An excellent clear spirit lacquer for brass may be made by dissolving, with the aid of gentle heat, in a water bath in a well tinned vessel, that can be closed to avoid evaporation, one pound of gum sandarac, one and one quarter pounds bruised white shellac and one quarter pound gum elemi in four gallons of 188° denatured alcohol. When dissolved, strain off and treat the sediment with more alcohol, then filter through cloth.
Another good formula for clear brass lacquer is to dissolve one pound seed lac, one pound bleached shellac one half pound genuine Venice turpentine in three gallons of denatured alcohol (188° grade).
Colored lacquer for brass can be made by simply dissolving gamboge and dragon's blood separately in alcohol, straining the resulting colored liquids and adding sufficient of each to either of the above clear lacquers to obtain the desired effect.
This so-called cement or unskrinkable putty is used to quite an extent for what is known on the inland lakes as a material for "paying seams" on wooden craft and is in the form of glaziers' putty. Should be mixed as stiff as possible, then permitted to "sweat" a few days, and finished by giving it a loose run through a mill, or if the batch be large enough, put through a putty chaser. For a batch of 500 pounds mix the following: 250 pounds bolted gilders' whiting, 75 pounds bolted English china clay, 30 pounds dry white lead, 80 pounds pure white lead in oil (keg lead) 50 pounds bodied linseed oil (without drier), 10 pounds pale rosin oil, 5 pounds paint (paraffine) oil.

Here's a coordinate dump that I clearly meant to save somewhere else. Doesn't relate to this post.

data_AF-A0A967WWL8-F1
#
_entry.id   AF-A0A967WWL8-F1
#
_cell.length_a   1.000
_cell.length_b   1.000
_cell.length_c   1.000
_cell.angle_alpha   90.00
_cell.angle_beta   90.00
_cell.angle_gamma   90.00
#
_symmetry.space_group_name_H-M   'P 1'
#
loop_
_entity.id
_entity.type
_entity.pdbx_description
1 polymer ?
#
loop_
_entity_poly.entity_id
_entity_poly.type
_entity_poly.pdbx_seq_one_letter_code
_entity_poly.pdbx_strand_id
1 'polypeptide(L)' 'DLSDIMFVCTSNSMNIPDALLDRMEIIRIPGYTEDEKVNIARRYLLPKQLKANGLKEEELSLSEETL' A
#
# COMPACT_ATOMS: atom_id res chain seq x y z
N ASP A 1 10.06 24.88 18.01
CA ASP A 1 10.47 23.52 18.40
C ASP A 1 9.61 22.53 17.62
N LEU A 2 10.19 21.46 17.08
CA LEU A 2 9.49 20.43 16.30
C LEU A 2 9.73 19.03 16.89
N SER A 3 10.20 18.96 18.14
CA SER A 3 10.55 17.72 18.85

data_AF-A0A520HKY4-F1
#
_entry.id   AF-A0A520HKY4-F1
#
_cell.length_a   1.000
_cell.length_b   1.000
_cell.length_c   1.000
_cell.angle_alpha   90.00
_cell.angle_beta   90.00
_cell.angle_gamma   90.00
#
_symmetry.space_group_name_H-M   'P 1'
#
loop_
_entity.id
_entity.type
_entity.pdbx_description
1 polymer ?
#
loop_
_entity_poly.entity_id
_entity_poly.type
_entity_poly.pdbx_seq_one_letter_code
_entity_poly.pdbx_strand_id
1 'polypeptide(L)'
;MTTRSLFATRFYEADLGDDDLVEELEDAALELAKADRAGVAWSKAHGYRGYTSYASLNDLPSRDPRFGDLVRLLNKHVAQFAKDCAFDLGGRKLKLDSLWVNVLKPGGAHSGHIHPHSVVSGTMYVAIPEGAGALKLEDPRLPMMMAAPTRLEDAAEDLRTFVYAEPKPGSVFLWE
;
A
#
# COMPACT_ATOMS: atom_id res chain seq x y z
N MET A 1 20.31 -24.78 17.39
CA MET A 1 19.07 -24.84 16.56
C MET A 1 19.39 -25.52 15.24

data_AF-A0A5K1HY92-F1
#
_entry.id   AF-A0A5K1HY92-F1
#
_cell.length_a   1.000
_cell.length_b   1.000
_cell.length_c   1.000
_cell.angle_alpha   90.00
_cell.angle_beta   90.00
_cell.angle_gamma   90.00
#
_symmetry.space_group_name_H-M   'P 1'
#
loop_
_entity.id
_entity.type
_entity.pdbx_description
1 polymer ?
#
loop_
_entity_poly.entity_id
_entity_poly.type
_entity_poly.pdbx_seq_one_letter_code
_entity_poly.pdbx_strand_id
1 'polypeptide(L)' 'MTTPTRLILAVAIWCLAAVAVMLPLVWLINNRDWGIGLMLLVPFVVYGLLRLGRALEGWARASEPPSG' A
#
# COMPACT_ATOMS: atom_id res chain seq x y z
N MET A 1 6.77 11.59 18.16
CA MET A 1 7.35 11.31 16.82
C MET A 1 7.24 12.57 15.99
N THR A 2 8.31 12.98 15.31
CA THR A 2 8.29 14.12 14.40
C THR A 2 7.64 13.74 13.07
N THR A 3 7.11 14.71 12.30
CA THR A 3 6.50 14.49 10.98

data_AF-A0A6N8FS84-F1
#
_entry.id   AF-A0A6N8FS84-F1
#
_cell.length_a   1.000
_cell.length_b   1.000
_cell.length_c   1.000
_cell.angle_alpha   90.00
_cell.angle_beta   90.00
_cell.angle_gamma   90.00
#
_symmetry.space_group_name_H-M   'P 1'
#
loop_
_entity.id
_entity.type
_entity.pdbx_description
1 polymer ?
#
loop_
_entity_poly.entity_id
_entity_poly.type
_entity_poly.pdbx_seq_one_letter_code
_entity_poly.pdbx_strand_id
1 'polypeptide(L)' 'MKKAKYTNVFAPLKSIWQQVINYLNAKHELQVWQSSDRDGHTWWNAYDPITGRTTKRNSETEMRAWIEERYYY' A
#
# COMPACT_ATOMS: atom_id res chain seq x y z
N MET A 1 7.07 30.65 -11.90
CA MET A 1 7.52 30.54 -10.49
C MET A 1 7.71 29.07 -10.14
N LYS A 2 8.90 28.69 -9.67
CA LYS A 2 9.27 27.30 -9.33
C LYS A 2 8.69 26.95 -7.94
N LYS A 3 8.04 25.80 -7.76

This is pressed into the seams with flexible putty knives of proper width, after the edges of the seams have been given a coat of seam paint, of the following composition:
Grind fine the following paste: 44 pounds bolted gilders' whiting, 6 pounds keg lead in oil, 12 pounds bodied linseed oil. On cooling, thin this paste with 18 pounds bodied linseed oil and 22 pounds paint oil (paraffine oil, debloomed). Net result 100 pounds or 8 1/2 gallons liquid paint, weighing close to 11 3/4 lbs. each.
If these compositions are required in colors, such as buff or red, use ocher for the former with the white and strong red oxide for the latter; for gray or lead color, tint with lamp-black. The cement, when used as outlined, after coating the edges of seams with the paint, will never dry brittle, but retain its toughness and elasticity, and therefore will not lose its hold.